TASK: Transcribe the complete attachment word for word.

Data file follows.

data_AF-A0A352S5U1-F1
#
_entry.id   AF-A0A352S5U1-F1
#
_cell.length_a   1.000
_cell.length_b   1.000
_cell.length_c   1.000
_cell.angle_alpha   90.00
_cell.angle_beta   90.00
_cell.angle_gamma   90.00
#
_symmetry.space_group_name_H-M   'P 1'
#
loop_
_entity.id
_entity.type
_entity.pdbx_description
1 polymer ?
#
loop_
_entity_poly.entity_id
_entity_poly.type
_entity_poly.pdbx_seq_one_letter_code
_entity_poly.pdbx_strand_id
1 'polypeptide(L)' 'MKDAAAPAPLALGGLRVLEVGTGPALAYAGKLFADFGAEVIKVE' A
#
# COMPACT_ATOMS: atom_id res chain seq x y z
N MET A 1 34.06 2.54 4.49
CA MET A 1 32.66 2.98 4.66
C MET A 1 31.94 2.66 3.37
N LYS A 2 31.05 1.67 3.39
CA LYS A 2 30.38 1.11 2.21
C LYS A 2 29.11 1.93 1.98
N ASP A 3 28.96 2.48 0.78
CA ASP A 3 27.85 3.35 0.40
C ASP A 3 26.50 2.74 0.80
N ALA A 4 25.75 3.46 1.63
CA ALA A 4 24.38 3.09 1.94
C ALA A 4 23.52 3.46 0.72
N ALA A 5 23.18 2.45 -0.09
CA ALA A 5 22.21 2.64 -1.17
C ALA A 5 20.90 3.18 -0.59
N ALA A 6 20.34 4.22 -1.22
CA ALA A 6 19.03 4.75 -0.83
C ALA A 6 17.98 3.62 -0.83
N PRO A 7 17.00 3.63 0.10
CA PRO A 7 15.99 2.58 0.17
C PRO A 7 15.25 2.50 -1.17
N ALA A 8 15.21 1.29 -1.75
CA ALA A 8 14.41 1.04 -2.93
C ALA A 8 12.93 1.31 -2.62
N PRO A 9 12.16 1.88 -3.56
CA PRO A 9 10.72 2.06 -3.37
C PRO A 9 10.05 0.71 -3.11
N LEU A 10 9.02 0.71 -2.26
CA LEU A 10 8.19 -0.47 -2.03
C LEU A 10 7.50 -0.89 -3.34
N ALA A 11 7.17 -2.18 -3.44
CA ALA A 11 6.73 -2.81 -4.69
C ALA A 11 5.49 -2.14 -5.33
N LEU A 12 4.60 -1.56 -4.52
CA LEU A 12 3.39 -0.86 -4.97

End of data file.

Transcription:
data_AF-A0A352S5U1-F1
#
_entry.id   AF-A0A352S5U1-F1
#
_cell.length_a   1.000
_cell.length_b   1.000
_cell.length_c   1.000
_cell.angle_alpha   90.00
_cell.angle_beta   90.00
_cell.angle_gamma   90.00
#
_symmetry.space_group_name_H-M   'P 1'
#
loop_
_entity.id
_entity.type
_entity.pdbx_description
1 polymer ?
#
loop_
_entity_poly.entity_id
_entity_poly.type
_entity_poly.pdbx_seq_one_letter_code
_entity_poly.pdbx_strand_id
1 'polypeptide(L)' 'MKDAAAPAPLALGGLRVLEVGTGPALAYAGKLFADFGAEVIKVE' A
#
# COMPACT_ATOMS: atom_id res chain seq x y z
N MET A 1 34.06 2.54 4.49
CA MET A 1 32.66 2.98 4.66
C MET A 1 31.94 2.66 3.37
N LYS A 2 31.05 1.67 3.39
CA LYS A 2 30.38 1.11 2.21
C LYS A 2 29.11 1.93 1.98
N ASP A 3 28.96 2.48 0.78
CA ASP A 3 27.85 3.35 0.40
C ASP A 3 26.50 2.74 0.80
N ALA A 4 25.75 3.46 1.63
CA ALA A 4 24.38 3.09 1.94
C ALA A 4 23.52 3.46 0.72
N ALA A 5 23.18 2.45 -0.09
CA ALA A 5 22.21 2.64 -1.17
C ALA A 5 20.90 3.18 -0.59
N ALA A 6 20.34 4.22 -1.22
CA ALA A 6 19.03 4.75 -0.83
C ALA A 6 17.98 3.62 -0.83
N PRO A 7 17.00 3.63 0.10
CA PRO A 7 15.99 2.58 0.17
C PRO A 7 15.25 2.50 -1.17
N ALA A 8 15.21 1.29 -1.75
CA ALA A 8 14.41 1.04 -2.93
C ALA A 8 12.93 1.31 -2.62
N PRO A 9 12.16 1.88 -3.56
CA PRO A 9 10.72 2.06 -3.37
C PRO A 9 10.05 0.71 -3.11
N LEU A 10 9.02 0.71 -2.26
CA LEU A 10 8.19 -0.47 -2.03
C LEU A 10 7.50 -0.89 -3.34
N ALA A 11 7.17 -2.18 -3.44
CA ALA A 11 6.73 -2.81 -4.69
C ALA A 11 5.49 -2.14 -5.33
N LEU A 12 4.60 -1.56 -4.52
CA LEU A 12 3.39 -0.86 -4.97